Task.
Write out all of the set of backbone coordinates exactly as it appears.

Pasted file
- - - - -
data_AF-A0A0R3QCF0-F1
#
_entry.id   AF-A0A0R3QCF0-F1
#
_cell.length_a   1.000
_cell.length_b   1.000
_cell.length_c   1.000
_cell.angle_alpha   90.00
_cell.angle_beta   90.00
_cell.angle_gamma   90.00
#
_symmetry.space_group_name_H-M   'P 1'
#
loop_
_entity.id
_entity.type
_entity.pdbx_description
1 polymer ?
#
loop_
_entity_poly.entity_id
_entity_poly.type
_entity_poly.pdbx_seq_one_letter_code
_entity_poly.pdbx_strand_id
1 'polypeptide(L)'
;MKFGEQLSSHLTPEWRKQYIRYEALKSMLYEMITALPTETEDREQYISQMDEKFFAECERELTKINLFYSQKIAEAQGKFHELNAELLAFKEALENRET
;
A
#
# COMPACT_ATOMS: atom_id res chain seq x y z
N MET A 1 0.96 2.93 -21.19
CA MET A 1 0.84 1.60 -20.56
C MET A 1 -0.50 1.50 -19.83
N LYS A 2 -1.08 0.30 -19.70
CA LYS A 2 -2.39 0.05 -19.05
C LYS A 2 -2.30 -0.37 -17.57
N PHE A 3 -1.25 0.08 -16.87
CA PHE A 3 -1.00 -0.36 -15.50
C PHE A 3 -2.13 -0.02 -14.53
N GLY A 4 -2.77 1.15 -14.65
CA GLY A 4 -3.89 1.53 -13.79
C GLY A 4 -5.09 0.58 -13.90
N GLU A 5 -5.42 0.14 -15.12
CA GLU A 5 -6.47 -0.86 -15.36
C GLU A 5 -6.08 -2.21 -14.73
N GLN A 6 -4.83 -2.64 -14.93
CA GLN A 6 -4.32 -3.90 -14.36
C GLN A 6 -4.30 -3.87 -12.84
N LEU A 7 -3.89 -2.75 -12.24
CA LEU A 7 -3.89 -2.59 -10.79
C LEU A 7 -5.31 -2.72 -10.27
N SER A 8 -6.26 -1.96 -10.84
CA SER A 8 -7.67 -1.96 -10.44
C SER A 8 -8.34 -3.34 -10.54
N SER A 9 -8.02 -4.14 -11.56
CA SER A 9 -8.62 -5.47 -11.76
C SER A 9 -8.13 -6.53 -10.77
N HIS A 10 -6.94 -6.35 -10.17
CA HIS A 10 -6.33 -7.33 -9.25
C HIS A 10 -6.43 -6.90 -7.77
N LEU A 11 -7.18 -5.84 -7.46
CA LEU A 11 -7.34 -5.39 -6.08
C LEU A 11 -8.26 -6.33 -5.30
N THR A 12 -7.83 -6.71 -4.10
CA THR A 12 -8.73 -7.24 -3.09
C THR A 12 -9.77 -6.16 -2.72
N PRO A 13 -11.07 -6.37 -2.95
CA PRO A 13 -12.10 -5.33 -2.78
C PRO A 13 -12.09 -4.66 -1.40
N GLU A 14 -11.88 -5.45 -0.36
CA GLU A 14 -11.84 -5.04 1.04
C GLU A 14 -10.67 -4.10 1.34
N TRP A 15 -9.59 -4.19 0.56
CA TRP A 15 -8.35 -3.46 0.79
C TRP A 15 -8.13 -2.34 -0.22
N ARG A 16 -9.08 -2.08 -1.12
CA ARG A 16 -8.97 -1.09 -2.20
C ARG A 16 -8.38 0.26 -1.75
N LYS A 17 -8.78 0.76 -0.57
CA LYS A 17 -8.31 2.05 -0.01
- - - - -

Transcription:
data_AF-A0A0R3QCF0-F1
#
_entry.id   AF-A0A0R3QCF0-F1
#
_cell.length_a   1.000
_cell.length_b   1.000
_cell.length_c   1.000
_cell.angle_alpha   90.00
_cell.angle_beta   90.00
_cell.angle_gamma   90.00
#
_symmetry.space_group_name_H-M   'P 1'
#
loop_
_entity.id
_entity.type
_entity.pdbx_description
1 polymer ?
#
loop_
_entity_poly.entity_id
_entity_poly.type
_entity_poly.pdbx_seq_one_letter_code
_entity_poly.pdbx_strand_id
1 'polypeptide(L)'
;MKFGEQLSSHLTPEWRKQYIRYEALKSMLYEMITALPTETEDREQYISQMDEKFFAECERELTKINLFYSQKIAEAQGKFHELNAELLAFKEALENRET
;
A
#
# COMPACT_ATOMS: atom_id res chain seq x y z
N MET A 1 0.96 2.93 -21.19
CA MET A 1 0.84 1.60 -20.56
C MET A 1 -0.50 1.50 -19.83
N LYS A 2 -1.08 0.30 -19.70
CA LYS A 2 -2.39 0.05 -19.05
C LYS A 2 -2.30 -0.37 -17.57
N PHE A 3 -1.25 0.08 -16.87
CA PHE A 3 -1.00 -0.36 -15.50
C PHE A 3 -2.13 -0.02 -14.53
N GLY A 4 -2.77 1.15 -14.65
CA GLY A 4 -3.89 1.53 -13.79
C GLY A 4 -5.09 0.58 -13.90
N GLU A 5 -5.42 0.14 -15.12
CA GLU A 5 -6.47 -0.86 -15.36
C GLU A 5 -6.08 -2.21 -14.73
N GLN A 6 -4.83 -2.64 -14.93
CA GLN A 6 -4.32 -3.90 -14.36
C GLN A 6 -4.30 -3.87 -12.84
N LEU A 7 -3.89 -2.75 -12.24
CA LEU A 7 -3.89 -2.59 -10.79
C LEU A 7 -5.31 -2.72 -10.27
N SER A 8 -6.26 -1.96 -10.84
CA SER A 8 -7.67 -1.96 -10.44
C SER A 8 -8.34 -3.34 -10.54
N SER A 9 -8.02 -4.14 -11.56
CA SER A 9 -8.62 -5.47 -11.76
C SER A 9 -8.13 -6.53 -10.77
N HIS A 10 -6.94 -6.35 -10.17
CA HIS A 10 -6.33 -7.33 -9.25
C HIS A 10 -6.43 -6.90 -7.77
N LEU A 11 -7.18 -5.84 -7.46
CA LEU A 11 -7.34 -5.39 -6.08
C LEU A 11 -8.26 -6.33 -5.30
N THR A 12 -7.83 -6.71 -4.10
CA THR A 12 -8.73 -7.24 -3.09
C THR A 12 -9.77 -6.16 -2.72
N PRO A 13 -11.07 -6.37 -2.95
CA PRO A 13 -12.10 -5.33 -2.78
C PRO A 13 -12.09 -4.66 -1.40
N GLU A 14 -11.88 -5.45 -0.36
CA GLU A 14 -11.84 -5.04 1.04
C GLU A 14 -10.67 -4.10 1.34
N TRP A 15 -9.59 -4.19 0.56
CA TRP A 15 -8.35 -3.46 0.79
C TRP A 15 -8.13 -2.34 -0.22
N ARG A 16 -9.08 -2.08 -1.12
CA ARG A 16 -8.97 -1.09 -2.20
C ARG A 16 -8.38 0.26 -1.75
N LYS A 17 -8.78 0.76 -0.57
CA LYS A 17 -8.31 2.05 -0.01